Talking Lip Fillers With Dr. Harshna Bijlani

Naaila Khan

Remember the #KylieJennerLipChallenge that broke the Internet with girls everywhere sucking on shot glasses in a bid to emulate the reality star’s lips, even if for a while? Sure, deep down, we all knew those lips came courtesy a procedure or two, but it didn’t stop women trying the temporary procedure regardless (with a few ensuing horror stories – watch this at your own risk).

There’s no denying that we’re all super curious about the procedure, and so we got some facetime with Dr. Harshna Bijlani, cosmetologist and medical head at The Ageless Clinic, Mumbai, who’s long list of clients include Jacqueline Fernandez, Malaika Arora Khan and Carol Gracias, and she told us pretty much everything there is to know.



When it comes to lip enhancements, you generally have two options – the non-injectable option, which includes the somewhat gimmicky suction cups that enhance your lips for a couple of hours, and the injectable option.

“First, there’s the less popular fat filler where fat from another part of the body is extracted through liposuction, harvested and then injected into the lips. The results of this one differ from person to person and the filler can’t be removed once injected, so there’s no way to make corrections,” says Dr. Bijlani.

Next, there’s the platelet rich plasma procedure where your blood is injected into your lips – not to enhance their shape but more as a respite for chronically dry, chapped lips.

Then there’s the kind that perhaps gets the most attention; the permanent lip filler. “This one is slowly on its way out because of its side effects, which sometimes include the formation of lumps that are difficult to remove.” This isn’t to be confused with Botox, however, which “is a muscle relaxant that’s typically used to fill out forehead lines, crow’s feet or smoker’s lines in the area above the lip – not injected into it.”

And finally you have they hyaluronic acid fillers, which are popularly known as temporary lip fillers and which last anywhere between 6 months to a year. They’re the safest and most popular option, the one Dr. Bijlani recommends to her patients.


So why are hyaluronic acid, or HA fillers considered safer than all the other options? “HA fillers are clear gels that mimic the structure of the naturally occurring collagen in your lips,” says Dr. Bijlani, “so when it’s injected into your lips, the body accepts it readily. It’s quick, it’s simple and has virtually no side effects – you walk out with fuller lips right after the injection.”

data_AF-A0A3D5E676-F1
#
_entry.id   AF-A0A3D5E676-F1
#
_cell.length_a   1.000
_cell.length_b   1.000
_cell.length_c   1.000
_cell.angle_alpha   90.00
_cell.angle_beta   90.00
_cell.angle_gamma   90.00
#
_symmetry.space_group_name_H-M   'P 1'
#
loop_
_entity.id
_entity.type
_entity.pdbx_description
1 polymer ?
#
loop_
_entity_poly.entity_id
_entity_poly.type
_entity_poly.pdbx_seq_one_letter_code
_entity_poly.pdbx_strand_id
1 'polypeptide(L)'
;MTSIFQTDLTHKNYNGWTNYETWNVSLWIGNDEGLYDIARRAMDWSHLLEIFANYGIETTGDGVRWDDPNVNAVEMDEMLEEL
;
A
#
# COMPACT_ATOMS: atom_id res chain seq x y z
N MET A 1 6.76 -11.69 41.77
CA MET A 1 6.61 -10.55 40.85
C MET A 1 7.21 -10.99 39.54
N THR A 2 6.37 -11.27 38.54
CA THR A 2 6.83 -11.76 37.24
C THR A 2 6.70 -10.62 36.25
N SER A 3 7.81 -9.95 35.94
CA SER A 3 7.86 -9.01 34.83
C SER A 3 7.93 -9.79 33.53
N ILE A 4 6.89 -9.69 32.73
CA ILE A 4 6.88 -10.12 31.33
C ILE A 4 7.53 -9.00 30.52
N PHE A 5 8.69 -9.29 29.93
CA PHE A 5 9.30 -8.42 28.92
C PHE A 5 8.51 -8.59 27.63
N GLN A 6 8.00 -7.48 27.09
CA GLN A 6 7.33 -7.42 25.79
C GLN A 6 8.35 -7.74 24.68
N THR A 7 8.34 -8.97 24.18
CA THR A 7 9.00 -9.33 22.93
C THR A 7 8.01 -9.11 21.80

Speaking of injections, how much does it hurt? Not much, according to Bijlani. “I’ve even had patients who routinely go without the numbing cream we offer, simply because it’s just not that painful,” she says. The most you can expect is a bit of swelling which goes down in a day or two, and only if you have particularly sensitive skin.


This is how the procedure goes: when you come in to the clinic, you’re photographed from all angles and after a discussion about the shape you’d like, the enhancement is decided upon. Numbing cream is applied to the lips for about 15-20 minutes and if you’re especially nervous or sensitive to pain, Dr. Bijlani will even give you a nerve block, like the kind you get at the dentist. However, since modern fillers come with a numbing effect built in, this is usually not required. Once the injection has been administered, the area is iced.

If it sounds simple, it’s because it is. “It’s pretty much like getting a shot at the doctor’s, except it’s more of an art because you’re sculpting the lip,” she says.  


There are no lasting side effects to getting an HA filler, just immediate ones like the aforementioned sensitivity. “You might have a bit of bruising and swelling that goes down within a day or two – in rare cases you might have an allergic reaction if you have a history of them, but they’re easily avoided by taking precautions like a patch test,” she says.

There’s even a solution for buyer’s remorse – if you don’t like the results, well, you don’t have to wait it out – there’s an enzyme injection that can be administered to dissolve the filler almost instantly.


A couple things to remember before you go in: “Make sure you’ve stopped taking any painkillers, vitamin E, green tea, aspirin and any blood thinners,” she advises. “Usually I’ll see my patients post procedure, just so if there are any bumps we we can massage them out but if there are no side effects, there’s no need for a follow-up.”

Another word of caution: If you have a history of cold sores or herpes (HPV), you’ll most likely need to go on anti-herpetic medication for 2-3 days prior to the procedure – you don’t want that flaring up. And if you’re pregnant or breast feeding, it might not be a good idea to try lip enhancements just yet, only because there’s a lack of research in that area.



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